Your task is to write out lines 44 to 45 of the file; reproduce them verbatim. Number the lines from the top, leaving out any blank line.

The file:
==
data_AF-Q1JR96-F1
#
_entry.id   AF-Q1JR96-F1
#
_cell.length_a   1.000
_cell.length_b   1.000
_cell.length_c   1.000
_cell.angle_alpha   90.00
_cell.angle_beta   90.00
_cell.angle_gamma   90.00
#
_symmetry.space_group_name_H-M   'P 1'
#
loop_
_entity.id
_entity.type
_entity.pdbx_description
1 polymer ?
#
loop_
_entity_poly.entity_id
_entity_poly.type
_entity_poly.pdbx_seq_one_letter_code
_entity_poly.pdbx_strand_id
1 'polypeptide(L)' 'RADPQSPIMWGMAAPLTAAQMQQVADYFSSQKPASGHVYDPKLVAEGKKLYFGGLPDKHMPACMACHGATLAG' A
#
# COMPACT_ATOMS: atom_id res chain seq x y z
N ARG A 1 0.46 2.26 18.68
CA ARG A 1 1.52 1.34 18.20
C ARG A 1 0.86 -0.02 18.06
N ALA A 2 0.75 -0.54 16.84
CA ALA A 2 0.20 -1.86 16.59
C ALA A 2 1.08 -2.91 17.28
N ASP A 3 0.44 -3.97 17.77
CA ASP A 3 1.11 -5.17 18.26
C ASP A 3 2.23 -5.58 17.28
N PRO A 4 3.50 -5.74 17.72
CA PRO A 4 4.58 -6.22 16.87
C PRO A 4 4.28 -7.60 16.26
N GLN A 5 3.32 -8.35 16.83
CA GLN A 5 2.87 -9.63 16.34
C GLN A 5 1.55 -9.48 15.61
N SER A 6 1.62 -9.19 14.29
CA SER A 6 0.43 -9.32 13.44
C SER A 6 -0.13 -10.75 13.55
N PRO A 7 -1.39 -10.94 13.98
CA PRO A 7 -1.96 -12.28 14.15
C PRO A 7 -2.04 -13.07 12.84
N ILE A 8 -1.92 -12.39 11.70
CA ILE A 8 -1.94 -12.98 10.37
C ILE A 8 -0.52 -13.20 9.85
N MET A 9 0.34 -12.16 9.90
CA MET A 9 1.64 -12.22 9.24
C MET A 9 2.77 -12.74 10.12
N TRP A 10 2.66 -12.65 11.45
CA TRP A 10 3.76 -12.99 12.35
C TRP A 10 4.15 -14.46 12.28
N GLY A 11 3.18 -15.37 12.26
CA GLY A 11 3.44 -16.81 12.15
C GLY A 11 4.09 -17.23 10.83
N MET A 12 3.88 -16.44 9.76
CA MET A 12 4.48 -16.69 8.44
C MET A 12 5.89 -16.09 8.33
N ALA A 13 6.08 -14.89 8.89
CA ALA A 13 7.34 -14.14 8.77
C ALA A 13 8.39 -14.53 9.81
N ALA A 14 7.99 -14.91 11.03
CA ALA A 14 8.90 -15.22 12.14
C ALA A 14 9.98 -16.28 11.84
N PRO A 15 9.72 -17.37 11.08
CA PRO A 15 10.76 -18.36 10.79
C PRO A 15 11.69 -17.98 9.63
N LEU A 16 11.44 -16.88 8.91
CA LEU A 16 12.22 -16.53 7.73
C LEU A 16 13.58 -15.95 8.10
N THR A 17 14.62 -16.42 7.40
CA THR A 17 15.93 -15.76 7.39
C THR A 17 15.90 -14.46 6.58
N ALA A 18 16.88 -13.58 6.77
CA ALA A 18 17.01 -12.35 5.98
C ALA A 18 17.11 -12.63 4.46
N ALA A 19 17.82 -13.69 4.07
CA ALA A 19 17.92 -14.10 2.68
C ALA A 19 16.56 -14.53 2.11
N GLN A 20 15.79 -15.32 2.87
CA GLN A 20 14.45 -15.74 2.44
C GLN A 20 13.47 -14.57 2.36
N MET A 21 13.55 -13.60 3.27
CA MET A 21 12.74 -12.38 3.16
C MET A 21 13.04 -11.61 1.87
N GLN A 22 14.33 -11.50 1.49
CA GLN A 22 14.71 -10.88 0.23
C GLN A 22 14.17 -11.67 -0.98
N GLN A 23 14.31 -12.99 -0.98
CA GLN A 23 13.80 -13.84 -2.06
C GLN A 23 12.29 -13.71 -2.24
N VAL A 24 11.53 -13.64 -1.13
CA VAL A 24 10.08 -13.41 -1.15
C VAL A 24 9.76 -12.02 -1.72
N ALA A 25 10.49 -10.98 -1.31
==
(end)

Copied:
CA SER A 6 0.43 -9.32 13.44
C SER A 6 -0.13 -10.75 13.55